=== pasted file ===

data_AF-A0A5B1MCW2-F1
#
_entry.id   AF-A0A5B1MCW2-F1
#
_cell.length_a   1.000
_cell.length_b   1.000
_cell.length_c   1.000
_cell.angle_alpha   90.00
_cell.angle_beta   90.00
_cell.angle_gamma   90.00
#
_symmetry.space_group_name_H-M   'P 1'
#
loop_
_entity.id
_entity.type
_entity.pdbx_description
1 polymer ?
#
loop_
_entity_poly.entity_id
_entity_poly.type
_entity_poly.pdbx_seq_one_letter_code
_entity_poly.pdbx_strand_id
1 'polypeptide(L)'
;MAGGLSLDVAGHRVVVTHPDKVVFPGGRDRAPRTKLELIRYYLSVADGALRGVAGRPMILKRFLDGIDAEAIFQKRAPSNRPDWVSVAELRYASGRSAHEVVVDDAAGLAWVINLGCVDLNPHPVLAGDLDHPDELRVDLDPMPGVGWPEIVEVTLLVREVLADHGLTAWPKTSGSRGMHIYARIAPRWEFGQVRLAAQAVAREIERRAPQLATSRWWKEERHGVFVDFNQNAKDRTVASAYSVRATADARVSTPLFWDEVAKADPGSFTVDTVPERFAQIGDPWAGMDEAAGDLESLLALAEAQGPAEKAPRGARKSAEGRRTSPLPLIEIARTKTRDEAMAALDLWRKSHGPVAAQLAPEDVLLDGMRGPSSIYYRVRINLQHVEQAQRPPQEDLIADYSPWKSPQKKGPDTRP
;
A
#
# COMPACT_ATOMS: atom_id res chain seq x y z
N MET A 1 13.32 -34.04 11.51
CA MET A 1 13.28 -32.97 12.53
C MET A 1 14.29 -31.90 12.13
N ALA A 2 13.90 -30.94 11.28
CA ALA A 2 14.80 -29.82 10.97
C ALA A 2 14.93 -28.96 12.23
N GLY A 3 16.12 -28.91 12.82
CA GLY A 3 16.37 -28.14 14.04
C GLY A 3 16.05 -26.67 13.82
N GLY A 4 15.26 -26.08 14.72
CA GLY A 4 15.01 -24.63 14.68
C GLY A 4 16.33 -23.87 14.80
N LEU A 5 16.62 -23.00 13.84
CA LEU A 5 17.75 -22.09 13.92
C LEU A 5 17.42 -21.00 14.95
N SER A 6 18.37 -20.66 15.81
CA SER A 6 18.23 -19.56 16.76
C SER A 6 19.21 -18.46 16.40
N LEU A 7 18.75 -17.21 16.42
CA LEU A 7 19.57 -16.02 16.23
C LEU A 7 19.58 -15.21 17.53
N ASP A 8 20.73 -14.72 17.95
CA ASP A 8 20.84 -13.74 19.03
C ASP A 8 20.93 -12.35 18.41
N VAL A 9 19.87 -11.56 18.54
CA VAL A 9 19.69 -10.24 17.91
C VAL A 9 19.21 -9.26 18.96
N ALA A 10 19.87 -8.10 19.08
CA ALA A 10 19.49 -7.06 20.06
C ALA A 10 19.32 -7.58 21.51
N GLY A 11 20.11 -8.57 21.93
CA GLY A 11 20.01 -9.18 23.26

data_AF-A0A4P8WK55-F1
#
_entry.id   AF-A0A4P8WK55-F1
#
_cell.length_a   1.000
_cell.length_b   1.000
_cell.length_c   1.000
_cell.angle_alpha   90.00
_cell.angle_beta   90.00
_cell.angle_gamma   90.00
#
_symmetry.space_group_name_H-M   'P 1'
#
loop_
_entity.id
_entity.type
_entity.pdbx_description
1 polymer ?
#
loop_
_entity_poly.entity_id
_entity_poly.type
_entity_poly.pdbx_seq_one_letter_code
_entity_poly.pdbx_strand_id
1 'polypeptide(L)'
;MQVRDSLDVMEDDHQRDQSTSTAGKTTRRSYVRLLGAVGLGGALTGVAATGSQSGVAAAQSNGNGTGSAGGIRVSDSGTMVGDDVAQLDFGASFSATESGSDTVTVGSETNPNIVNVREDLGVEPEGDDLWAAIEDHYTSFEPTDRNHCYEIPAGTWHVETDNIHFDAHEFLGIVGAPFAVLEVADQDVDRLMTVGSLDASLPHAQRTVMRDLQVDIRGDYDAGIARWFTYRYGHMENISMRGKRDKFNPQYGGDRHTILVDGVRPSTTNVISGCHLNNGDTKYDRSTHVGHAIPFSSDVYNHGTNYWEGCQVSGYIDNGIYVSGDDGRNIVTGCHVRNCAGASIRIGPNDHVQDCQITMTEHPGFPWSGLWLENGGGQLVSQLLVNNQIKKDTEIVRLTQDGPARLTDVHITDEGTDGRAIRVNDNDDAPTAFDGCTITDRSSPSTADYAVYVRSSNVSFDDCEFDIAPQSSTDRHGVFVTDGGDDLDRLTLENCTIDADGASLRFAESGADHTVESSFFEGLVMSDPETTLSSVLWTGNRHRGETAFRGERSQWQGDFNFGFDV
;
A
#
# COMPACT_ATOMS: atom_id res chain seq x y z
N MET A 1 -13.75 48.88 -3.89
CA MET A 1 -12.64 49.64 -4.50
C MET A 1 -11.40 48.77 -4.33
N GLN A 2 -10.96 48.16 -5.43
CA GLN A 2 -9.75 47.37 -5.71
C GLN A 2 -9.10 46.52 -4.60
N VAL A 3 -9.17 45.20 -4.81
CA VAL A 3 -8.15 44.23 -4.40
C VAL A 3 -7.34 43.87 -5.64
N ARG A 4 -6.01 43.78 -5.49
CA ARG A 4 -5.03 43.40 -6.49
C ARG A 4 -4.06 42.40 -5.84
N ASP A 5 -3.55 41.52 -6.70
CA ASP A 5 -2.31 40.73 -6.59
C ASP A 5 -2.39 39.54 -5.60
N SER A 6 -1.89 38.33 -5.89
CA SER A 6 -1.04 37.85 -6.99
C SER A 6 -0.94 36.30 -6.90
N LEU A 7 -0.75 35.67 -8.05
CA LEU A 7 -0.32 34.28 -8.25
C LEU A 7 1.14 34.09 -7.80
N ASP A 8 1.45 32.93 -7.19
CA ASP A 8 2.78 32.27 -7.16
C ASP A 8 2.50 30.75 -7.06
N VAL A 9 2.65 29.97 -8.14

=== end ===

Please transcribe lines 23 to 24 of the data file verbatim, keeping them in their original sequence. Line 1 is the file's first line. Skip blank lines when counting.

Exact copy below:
_entity_poly.pdbx_seq_one_letter_code
_entity_poly.pdbx_strand_id